Workshops 1

Tuesday June 25, 2:00 – 3:30 PM

Workshop Organizers: Rupak Banerjee

Workshop description: This special workshop/symposium is dedicated to the valuable contributions of Dr. John Pearce to the topic of thermal damage processes in tissues. Motivated by clinical experience in the Department of Surgery at the Medical University of South Carolina in the early 1970s, Dr. Pearce has worked for over 40 years on this topic, form his dissertation on the “The Thermal Performance of Electrosurgical Dispersive Electrodes” to, his 1986 book on Electrosurgery, to the development of the Ligasure vessel sealing system, and more recent work on accurate modeling of intrinsic cell death processes at low temperatures. After 35 years on the faculty of the Electrical and Computer Engineering Department at the University of Texas at Austin he retired as Temple Foundation Professor Emeritus. He is a Fellow of the ASME, and the International Microwave Power Institute.

Potential speakers: John C. Bischof (Keynote), Kenneth Diller (Keynote), Rupak Banerjee,

Workshop Organizers: Mehmet Kurt, Stevens Institute of Technology; Brittany Coats, University of Utah

Workshop Description: Since the onset of medicine, the simplest, most immediate hands-on diagnostic tool has been the test of palpation: variations in the local mechanical properties of tissue can in fact be indicative of a variety of pathologies. Even within modern medicine, this remains a precious way to assess the need of more sophisticated clinical investigations. However, there remain two critical roadblocks in translating imaging methods into clinical practice: 1) How can we palpate and image tissues that are relatively inaccessible and deep within the human body, such as the brain and the liver? 2) How can we bridge the understanding between the tissue-level mechanical properties of the tissues with the underlying cellular mechanics and physiology? In this workshop, we will hear from five researchers who have developed successful mechanical imaging methods that are making an immediate impact in clinical diagnosis and treatment within the context of these two main research challenges. Attendees will learn about various multi-scale mechanical imaging techniques that have already made substantial clinical impact and gain insights into where some of the challenges in the multi-scale mechanical imaging lie.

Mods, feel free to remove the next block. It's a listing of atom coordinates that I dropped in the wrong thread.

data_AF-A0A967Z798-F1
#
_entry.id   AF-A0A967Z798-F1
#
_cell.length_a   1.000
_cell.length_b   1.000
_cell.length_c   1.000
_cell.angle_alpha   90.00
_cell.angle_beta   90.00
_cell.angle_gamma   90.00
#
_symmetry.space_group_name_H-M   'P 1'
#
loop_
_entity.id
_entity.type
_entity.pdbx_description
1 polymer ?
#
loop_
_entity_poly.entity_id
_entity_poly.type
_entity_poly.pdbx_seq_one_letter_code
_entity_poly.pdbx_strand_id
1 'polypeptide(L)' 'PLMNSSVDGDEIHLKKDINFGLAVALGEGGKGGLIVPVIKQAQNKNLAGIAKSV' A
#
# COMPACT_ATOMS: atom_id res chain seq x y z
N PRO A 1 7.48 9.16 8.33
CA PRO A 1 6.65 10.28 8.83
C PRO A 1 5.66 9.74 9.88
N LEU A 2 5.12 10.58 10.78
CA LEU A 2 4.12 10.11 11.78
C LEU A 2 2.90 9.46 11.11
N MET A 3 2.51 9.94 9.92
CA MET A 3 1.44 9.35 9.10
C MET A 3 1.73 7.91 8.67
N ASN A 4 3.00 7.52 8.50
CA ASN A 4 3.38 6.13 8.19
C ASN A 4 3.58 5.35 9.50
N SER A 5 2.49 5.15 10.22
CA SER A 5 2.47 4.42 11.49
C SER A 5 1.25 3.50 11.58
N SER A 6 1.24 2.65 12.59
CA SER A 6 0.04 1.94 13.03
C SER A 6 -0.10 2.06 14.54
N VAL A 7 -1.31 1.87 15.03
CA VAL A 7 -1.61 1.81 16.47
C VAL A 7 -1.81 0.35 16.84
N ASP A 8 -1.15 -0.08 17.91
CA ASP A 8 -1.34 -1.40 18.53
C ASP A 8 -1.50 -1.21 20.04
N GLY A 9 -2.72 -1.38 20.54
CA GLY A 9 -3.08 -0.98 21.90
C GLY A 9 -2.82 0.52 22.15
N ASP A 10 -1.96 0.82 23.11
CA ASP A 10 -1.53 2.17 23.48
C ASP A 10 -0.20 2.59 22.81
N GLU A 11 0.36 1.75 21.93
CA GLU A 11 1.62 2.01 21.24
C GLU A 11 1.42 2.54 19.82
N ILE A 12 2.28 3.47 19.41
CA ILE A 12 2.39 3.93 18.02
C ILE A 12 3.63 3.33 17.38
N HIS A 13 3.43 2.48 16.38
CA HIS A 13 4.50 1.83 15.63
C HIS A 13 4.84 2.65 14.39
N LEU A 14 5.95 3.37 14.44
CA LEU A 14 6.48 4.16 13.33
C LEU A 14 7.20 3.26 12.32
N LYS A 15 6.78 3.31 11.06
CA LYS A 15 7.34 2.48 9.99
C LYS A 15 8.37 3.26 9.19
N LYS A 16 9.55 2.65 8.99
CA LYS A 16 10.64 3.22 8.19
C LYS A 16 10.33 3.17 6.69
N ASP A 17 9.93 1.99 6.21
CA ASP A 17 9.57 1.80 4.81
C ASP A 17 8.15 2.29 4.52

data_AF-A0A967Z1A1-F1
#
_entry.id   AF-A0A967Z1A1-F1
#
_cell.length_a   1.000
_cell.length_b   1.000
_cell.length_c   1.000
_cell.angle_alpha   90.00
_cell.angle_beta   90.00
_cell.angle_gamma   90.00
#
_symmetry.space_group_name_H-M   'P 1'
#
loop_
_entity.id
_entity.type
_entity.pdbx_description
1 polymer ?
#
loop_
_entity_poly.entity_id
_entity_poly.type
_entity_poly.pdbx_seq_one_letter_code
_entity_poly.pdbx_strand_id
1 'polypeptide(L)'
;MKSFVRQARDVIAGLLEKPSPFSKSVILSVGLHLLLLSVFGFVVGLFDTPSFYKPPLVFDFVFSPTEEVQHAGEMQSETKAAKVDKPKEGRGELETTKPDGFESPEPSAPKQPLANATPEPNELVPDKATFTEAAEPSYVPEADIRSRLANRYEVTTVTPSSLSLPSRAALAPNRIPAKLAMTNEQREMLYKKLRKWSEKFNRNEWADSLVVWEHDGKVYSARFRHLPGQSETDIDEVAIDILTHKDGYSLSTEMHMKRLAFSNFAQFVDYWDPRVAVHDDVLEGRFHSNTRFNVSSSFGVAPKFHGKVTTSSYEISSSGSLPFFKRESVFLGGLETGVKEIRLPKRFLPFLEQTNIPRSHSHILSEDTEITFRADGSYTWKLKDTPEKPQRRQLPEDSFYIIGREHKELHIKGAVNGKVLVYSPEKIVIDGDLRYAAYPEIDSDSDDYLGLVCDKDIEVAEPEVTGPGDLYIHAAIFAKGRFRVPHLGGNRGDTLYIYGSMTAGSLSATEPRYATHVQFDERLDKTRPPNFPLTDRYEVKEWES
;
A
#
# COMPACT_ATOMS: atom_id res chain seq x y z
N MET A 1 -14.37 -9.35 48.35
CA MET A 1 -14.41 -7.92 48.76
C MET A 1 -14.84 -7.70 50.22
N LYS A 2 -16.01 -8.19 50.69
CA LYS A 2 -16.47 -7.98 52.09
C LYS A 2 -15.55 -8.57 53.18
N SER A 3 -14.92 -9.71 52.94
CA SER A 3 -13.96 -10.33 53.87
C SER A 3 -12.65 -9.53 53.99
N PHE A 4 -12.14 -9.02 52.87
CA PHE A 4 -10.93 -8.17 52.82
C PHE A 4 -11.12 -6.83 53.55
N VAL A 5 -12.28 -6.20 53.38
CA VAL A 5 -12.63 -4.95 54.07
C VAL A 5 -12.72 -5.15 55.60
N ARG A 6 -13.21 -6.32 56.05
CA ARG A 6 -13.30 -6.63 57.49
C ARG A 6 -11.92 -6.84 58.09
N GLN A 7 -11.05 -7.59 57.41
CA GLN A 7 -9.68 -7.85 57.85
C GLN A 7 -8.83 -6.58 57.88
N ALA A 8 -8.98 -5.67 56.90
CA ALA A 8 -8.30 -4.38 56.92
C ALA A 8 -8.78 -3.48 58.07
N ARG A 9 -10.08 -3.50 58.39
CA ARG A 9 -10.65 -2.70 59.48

Format: The format will be five 12-minute presentations from the speakers followed by a 30-minute question/answer session.

Proposed Speakers: MR-based mechanical imaging techniques: Armando Manduca, Mayo Clinic; Deva Chan, Rensselaer Polytechnic Institute; Ultrasound Elastography: Elisa Konofagou, Columbia University; Optical Elastography: Giuliano Scarcelli, University of Maryland at College-Park; Synchrotron Radiation X-ray Scattering: Claire Acevedo, University of Utah.